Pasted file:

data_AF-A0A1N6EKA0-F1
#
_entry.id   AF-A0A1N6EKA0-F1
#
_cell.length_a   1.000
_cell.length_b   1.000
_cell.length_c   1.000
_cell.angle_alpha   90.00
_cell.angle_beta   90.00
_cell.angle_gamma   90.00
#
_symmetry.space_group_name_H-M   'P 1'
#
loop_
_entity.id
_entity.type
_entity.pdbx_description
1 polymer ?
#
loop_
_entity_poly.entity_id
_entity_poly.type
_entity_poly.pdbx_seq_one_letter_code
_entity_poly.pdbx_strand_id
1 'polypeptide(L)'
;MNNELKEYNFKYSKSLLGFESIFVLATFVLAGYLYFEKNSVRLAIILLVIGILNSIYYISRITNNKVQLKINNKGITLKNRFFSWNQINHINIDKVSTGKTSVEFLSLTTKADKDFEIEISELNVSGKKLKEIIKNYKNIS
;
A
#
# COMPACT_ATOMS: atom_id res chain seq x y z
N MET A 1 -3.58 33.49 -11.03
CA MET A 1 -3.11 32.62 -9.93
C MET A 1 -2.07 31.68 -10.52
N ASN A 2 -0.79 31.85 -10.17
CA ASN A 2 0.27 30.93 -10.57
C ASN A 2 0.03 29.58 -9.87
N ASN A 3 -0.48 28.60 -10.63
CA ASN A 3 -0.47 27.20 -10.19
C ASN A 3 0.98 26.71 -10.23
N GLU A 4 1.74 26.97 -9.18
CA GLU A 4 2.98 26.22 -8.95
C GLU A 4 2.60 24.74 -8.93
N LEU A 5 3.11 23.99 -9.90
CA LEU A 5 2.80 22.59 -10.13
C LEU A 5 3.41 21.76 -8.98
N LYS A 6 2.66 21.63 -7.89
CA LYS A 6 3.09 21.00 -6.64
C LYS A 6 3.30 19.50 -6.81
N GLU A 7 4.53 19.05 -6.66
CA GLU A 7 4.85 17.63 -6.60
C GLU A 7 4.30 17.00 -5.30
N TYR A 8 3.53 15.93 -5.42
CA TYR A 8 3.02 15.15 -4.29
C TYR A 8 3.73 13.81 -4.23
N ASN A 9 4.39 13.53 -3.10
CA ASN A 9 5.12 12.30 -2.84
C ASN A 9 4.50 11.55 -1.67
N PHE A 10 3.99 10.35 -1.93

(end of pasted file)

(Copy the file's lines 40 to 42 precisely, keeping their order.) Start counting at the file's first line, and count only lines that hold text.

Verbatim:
N GLU A 4 1.74 26.97 -9.18
CA GLU A 4 2.98 26.22 -8.95
C GLU A 4 2.60 24.74 -8.93